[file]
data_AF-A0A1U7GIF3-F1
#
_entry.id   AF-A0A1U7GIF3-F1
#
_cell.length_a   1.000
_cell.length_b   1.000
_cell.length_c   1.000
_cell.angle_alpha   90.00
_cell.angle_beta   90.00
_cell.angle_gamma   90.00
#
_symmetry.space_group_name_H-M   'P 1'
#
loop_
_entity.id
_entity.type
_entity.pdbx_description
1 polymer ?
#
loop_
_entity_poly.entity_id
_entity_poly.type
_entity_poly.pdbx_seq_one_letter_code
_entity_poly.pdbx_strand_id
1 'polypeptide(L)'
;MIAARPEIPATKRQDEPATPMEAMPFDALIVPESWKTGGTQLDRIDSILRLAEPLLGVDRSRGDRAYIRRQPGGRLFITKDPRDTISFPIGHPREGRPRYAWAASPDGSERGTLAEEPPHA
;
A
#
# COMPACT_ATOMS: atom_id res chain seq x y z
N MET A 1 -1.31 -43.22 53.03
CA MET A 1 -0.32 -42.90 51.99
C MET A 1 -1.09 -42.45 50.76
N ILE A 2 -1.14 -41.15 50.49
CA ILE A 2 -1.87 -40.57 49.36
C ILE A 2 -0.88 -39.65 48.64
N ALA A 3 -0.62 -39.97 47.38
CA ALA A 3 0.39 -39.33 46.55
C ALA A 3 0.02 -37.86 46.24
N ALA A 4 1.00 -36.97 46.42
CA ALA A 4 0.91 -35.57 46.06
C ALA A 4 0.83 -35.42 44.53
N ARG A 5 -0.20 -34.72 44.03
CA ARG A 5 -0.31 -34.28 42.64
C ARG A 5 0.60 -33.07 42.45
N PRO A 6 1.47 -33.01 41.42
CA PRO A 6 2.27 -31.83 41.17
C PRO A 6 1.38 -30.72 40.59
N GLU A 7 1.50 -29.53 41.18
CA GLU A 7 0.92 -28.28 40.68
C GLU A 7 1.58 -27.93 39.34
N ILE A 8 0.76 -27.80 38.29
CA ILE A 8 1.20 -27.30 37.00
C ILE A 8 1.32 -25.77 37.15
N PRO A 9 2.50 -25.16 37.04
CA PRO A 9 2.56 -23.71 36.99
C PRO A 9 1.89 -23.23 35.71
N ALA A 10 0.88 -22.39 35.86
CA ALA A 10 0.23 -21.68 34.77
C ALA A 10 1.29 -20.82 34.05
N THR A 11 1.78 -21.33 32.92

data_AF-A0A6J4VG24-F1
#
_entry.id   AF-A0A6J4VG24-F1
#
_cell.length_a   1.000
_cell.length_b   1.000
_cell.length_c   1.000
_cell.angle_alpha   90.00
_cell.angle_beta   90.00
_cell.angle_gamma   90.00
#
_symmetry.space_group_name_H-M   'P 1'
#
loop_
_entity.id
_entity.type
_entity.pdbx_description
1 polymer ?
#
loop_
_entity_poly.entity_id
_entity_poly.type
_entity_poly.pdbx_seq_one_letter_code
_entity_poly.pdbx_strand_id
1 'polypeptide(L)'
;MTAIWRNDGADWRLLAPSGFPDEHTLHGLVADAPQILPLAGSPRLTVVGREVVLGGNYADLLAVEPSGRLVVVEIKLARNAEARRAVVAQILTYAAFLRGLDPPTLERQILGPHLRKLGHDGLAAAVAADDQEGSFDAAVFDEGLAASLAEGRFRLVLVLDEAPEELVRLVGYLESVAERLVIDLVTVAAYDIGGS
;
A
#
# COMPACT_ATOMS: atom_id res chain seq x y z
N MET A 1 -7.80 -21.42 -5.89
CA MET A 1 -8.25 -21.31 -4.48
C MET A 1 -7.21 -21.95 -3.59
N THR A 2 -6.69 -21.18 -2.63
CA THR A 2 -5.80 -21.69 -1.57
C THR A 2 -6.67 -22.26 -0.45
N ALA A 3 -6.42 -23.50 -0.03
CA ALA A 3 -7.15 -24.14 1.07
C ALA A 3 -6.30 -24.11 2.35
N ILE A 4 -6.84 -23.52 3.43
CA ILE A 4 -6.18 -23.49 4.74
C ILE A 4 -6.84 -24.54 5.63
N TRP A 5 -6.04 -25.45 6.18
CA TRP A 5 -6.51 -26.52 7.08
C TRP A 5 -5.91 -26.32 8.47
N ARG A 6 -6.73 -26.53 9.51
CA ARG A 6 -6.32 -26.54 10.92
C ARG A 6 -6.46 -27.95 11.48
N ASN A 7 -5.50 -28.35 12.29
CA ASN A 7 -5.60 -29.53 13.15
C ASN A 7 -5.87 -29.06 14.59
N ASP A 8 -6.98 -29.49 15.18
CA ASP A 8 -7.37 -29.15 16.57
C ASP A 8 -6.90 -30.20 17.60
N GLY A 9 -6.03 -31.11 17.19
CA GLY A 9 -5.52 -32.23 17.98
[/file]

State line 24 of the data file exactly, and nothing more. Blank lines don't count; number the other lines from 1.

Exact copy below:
_entity_poly.pdbx_strand_id